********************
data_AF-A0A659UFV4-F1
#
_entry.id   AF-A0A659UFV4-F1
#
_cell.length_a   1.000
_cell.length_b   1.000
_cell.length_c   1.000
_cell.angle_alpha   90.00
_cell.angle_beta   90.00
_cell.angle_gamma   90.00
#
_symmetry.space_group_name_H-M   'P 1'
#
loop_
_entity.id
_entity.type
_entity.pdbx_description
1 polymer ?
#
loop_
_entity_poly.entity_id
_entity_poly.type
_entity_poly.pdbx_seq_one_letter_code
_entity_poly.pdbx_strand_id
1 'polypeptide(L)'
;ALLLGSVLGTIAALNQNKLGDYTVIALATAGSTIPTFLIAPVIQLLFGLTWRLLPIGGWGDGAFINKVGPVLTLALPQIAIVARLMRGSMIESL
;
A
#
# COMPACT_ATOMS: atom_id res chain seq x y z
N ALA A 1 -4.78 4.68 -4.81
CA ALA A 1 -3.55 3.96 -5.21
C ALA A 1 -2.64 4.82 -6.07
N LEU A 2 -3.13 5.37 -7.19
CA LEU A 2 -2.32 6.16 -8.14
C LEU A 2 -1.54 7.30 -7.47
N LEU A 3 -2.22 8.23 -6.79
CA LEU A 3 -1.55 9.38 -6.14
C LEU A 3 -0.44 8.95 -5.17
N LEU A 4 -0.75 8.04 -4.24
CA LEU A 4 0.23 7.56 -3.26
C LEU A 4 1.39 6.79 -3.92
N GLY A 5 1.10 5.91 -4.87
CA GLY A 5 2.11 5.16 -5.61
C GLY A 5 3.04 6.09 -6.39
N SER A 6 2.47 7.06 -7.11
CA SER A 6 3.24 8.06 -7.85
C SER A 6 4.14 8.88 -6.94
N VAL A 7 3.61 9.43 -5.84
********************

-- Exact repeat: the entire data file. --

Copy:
data_AF-A0A659UFV4-F1
#
_entry.id   AF-A0A659UFV4-F1
#
_cell.length_a   1.000
_cell.length_b   1.000
_cell.length_c   1.000
_cell.angle_alpha   90.00
_cell.angle_beta   90.00
_cell.angle_gamma   90.00
#
_symmetry.space_group_name_H-M   'P 1'
#
loop_
_entity.id
_entity.type
_entity.pdbx_description
1 polymer ?
#
loop_
_entity_poly.entity_id
_entity_poly.type
_entity_poly.pdbx_seq_one_letter_code
_entity_poly.pdbx_strand_id
1 'polypeptide(L)'
;ALLLGSVLGTIAALNQNKLGDYTVIALATAGSTIPTFLIAPVIQLLFGLTWRLLPIGGWGDGAFINKVGPVLTLALPQIAIVARLMRGSMIESL
;
A
#
# COMPACT_ATOMS: atom_id res chain seq x y z
N ALA A 1 -4.78 4.68 -4.81
CA ALA A 1 -3.55 3.96 -5.21
C ALA A 1 -2.64 4.82 -6.07
N LEU A 2 -3.13 5.37 -7.19
CA LEU A 2 -2.32 6.16 -8.14
C LEU A 2 -1.54 7.30 -7.47
N LEU A 3 -2.22 8.23 -6.79
CA LEU A 3 -1.55 9.38 -6.14
C LEU A 3 -0.44 8.95 -5.17
N LEU A 4 -0.75 8.04 -4.24
CA LEU A 4 0.23 7.56 -3.26
C LEU A 4 1.39 6.79 -3.92
N GLY A 5 1.10 5.91 -4.87
CA GLY A 5 2.11 5.16 -5.61
C GLY A 5 3.04 6.09 -6.39
N SER A 6 2.47 7.06 -7.11
CA SER A 6 3.24 8.06 -7.85
C SER A 6 4.14 8.88 -6.94
N VAL A 7 3.61 9.43 -5.84